Catford And Translation Shift And Equivalence

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in the receptor language”. (Nida 1964:68) Nida saw equivalence as direction and guideline of translation and claimed that the main difference between dynamic and functional equivalence lays in the purpose of translation. He gave preference to the dynamic equivalence. This is because he thought that translation needs to be reader- oriented process and word for word translation isn’t sufficient process. Dynamic equivalence gives translator more opportunities to provide reader with effective translation. a translation of dynamic equivalence aims at complete naturalness of expression, and tries to relate the receptor to modes of behaviour relevant within the context of his own culture; it does not insist that he understand the cultural patterns of the source-language context in order to comprehend the message. (Nida 1964:159) a translator has to consider not only the two languages but also the two cultures, since there will be some concepts in the source language, which do not have lexical equivalents in the target language. This may be due to difference of geography, customs, beliefs, worldview, and various other factors. Even if close equivalents are found, they can rarely reveal and convey exactly the same massages.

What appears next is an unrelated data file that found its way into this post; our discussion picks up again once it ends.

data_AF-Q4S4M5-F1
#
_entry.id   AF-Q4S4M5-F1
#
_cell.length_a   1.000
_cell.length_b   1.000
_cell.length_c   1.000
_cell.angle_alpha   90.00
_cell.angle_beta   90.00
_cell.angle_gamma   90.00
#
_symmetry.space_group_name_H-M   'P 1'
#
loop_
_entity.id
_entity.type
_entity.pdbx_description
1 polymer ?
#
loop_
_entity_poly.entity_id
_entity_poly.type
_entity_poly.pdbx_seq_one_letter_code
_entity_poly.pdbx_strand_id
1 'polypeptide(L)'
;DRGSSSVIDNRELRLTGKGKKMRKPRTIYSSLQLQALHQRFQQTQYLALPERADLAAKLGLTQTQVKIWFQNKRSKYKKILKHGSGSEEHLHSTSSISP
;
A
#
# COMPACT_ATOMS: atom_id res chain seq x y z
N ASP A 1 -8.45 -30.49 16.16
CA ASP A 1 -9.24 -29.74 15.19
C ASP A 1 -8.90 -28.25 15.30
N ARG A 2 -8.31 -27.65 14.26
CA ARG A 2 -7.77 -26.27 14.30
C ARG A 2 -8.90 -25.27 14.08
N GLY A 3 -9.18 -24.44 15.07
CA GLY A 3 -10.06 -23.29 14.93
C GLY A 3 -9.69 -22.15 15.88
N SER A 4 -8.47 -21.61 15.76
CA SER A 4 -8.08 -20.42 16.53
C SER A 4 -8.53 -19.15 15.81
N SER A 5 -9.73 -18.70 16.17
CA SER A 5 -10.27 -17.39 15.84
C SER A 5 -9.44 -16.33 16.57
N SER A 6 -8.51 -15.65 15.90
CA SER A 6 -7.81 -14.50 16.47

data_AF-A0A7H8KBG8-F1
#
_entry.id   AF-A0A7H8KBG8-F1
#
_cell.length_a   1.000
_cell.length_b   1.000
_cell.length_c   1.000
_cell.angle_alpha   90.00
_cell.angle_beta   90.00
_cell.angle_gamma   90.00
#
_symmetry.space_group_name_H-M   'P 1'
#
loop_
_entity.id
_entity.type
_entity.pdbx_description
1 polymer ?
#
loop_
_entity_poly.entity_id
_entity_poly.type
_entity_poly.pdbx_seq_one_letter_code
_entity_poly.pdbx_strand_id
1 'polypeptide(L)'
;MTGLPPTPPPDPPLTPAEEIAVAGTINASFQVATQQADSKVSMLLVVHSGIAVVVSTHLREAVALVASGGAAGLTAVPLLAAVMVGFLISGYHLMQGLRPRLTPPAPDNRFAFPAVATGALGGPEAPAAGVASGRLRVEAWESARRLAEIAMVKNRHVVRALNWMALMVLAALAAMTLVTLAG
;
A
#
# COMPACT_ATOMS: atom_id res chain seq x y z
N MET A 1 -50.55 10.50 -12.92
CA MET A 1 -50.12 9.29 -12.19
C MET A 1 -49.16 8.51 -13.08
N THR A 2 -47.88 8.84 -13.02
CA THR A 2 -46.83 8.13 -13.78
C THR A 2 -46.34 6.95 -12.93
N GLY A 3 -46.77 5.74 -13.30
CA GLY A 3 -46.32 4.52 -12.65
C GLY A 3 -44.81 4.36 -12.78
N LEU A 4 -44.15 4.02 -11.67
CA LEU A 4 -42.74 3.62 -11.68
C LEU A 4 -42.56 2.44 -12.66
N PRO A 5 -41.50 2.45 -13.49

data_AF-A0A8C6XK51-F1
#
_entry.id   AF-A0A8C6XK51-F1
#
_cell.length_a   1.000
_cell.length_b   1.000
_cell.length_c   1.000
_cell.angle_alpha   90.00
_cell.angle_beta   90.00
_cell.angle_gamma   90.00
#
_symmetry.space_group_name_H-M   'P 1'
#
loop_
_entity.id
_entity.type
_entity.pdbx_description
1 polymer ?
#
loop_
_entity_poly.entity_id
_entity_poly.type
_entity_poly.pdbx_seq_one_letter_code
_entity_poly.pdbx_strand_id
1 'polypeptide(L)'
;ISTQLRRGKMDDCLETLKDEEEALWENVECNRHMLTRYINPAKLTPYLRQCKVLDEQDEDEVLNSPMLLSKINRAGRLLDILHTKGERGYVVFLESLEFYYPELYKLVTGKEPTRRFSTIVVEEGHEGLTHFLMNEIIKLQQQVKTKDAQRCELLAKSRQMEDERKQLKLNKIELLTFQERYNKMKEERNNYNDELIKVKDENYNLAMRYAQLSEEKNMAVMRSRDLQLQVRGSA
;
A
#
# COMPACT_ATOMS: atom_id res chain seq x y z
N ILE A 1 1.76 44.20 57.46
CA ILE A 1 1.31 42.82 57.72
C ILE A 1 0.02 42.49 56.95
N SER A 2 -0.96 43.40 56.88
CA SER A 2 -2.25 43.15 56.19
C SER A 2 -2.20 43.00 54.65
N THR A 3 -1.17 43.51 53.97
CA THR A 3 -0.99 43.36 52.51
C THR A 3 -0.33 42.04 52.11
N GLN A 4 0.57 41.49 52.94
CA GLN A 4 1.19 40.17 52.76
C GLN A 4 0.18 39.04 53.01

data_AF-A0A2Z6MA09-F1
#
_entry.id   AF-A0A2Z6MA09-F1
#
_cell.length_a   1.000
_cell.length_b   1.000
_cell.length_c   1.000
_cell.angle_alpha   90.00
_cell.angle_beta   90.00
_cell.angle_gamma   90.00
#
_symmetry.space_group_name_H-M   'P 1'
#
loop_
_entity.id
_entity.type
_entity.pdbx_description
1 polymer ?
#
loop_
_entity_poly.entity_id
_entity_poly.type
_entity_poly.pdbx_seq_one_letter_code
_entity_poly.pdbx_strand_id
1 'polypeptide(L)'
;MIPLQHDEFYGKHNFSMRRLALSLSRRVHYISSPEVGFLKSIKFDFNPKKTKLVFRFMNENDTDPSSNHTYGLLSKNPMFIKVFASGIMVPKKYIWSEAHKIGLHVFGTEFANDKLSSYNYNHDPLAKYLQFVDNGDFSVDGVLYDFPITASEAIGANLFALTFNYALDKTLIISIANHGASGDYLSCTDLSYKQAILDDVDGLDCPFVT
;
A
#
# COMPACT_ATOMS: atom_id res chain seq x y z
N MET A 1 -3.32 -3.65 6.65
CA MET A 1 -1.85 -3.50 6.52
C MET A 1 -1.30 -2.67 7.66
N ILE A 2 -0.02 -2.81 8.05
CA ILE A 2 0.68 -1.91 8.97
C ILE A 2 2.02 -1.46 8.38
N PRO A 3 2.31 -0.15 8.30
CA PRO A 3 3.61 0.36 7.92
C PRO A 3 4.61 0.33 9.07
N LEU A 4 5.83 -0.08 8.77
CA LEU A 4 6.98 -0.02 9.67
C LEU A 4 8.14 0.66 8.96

2.5.4 Catford and Translation Shift and Equivalence
John Cunnison Catford was a Scottish linguist and phonetician whose theory is
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She examines equivalence and its relation to translation process at different levels, including all different aspects of translation. Her work combines both linguistic and the communicative approaches and provides number of translation techniques used in order to make translation process more effective. In practice, translators often face problems in finding equivalence in terms of form. Baker (1992:10) classifies these problems of equivalence into five levels. They

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